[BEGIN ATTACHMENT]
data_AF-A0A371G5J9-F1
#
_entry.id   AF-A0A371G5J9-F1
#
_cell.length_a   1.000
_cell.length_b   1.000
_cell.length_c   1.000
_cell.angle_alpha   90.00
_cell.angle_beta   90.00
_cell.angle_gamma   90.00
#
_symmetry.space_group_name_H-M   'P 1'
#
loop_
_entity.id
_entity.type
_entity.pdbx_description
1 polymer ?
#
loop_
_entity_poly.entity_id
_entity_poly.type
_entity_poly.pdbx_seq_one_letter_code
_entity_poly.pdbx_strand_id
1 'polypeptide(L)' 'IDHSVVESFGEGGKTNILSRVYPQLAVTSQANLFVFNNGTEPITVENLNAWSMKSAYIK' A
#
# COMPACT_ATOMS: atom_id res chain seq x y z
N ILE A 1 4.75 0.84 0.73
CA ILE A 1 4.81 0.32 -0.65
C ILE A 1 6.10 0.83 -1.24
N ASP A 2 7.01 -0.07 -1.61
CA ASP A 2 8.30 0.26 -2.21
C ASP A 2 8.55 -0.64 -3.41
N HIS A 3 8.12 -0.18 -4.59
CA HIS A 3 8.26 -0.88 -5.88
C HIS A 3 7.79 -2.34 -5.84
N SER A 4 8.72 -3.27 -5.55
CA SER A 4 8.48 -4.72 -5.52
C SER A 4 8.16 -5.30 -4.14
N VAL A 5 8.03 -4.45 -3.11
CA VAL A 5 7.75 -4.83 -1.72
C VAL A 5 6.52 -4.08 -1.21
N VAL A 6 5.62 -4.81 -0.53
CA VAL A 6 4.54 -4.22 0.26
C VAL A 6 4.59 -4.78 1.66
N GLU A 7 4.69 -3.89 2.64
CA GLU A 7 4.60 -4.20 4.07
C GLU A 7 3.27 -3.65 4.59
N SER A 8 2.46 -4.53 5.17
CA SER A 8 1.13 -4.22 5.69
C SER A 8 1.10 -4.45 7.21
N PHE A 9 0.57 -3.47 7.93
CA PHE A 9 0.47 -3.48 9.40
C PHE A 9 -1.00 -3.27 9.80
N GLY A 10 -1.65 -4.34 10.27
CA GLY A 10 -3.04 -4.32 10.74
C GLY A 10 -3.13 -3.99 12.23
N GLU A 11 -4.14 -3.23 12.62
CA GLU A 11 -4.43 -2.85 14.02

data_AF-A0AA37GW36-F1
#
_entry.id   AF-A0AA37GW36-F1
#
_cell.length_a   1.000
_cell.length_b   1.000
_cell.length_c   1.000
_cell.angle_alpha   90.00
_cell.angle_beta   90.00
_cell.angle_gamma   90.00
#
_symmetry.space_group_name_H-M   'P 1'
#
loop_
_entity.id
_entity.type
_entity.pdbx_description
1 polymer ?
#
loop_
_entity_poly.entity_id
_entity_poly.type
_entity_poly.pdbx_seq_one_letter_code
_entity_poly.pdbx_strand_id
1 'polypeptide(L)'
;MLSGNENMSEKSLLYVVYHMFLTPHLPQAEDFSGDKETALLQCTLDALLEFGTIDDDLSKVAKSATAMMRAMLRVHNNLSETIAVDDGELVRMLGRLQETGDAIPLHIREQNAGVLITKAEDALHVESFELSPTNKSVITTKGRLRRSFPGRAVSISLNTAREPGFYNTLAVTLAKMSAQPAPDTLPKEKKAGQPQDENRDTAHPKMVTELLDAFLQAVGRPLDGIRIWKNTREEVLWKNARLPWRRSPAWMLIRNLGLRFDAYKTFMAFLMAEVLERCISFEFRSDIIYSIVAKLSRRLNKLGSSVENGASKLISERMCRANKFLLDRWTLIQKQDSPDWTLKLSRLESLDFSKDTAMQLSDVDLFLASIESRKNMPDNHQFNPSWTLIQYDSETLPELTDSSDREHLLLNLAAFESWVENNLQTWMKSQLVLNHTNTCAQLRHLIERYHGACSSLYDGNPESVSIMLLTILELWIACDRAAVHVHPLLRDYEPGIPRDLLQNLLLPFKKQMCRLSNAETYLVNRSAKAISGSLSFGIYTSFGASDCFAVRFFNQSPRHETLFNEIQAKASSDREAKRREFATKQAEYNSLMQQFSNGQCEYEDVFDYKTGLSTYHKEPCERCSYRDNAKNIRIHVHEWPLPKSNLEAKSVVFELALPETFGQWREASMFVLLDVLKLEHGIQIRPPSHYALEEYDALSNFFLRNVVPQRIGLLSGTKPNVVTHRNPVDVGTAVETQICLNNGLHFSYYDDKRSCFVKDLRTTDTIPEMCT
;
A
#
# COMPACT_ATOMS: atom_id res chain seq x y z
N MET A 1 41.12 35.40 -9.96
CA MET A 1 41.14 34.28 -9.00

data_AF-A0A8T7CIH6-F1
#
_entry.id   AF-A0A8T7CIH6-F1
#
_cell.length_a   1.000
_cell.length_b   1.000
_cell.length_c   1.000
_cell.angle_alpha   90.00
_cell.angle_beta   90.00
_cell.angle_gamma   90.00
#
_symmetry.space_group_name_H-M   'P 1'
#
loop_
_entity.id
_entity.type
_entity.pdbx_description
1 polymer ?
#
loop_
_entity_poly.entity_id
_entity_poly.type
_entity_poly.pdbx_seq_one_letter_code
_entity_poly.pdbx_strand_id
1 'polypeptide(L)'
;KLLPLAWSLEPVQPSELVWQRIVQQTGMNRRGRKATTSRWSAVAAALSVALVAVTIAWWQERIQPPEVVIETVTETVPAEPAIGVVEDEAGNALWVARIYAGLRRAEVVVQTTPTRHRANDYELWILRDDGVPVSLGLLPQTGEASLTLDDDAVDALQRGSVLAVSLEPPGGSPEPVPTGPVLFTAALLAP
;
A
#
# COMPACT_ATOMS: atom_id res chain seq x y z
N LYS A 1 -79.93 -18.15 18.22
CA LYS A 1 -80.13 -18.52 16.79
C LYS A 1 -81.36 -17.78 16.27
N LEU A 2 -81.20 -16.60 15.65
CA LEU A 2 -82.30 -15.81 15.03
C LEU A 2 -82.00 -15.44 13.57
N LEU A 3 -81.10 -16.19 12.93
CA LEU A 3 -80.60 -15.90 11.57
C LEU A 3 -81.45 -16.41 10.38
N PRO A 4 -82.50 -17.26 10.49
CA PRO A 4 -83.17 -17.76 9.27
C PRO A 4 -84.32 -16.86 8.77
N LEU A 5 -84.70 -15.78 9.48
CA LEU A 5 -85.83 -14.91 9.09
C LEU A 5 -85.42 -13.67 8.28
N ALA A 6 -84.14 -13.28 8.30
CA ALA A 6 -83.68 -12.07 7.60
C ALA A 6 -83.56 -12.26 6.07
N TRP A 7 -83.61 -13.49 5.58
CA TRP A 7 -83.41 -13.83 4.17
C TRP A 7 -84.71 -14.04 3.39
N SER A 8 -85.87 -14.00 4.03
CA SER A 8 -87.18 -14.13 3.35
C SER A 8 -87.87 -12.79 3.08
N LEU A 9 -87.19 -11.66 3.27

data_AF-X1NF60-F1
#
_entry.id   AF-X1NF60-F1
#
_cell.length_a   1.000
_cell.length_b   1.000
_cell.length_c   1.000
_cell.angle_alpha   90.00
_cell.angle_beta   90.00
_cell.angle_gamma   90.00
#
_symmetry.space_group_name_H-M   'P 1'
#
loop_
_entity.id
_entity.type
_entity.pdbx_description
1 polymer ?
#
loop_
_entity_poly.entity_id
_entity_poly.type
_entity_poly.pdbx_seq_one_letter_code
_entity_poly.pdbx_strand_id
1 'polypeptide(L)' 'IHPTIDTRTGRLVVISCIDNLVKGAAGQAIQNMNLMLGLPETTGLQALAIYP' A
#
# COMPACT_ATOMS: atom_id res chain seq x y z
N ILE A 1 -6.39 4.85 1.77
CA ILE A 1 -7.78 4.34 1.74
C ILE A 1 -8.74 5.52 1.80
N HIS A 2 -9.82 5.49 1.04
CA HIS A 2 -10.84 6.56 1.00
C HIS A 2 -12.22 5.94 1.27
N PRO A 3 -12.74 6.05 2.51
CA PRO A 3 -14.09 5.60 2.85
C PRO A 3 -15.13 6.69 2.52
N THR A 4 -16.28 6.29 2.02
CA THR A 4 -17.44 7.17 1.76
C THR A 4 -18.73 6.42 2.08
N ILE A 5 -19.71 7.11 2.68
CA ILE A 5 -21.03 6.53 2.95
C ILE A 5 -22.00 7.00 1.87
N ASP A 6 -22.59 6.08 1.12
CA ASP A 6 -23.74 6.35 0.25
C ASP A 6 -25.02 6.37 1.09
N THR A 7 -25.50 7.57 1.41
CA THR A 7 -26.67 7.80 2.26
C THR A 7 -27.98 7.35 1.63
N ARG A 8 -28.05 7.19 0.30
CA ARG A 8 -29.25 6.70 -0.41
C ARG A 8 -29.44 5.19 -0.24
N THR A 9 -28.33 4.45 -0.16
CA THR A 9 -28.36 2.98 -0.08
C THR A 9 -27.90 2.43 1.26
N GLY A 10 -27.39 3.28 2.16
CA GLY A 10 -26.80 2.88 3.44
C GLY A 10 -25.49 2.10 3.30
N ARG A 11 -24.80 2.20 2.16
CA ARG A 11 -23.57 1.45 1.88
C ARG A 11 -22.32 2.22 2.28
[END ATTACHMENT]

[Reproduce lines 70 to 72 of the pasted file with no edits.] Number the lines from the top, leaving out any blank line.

#
_symmetry.space_group_name_H-M   'P 1'
#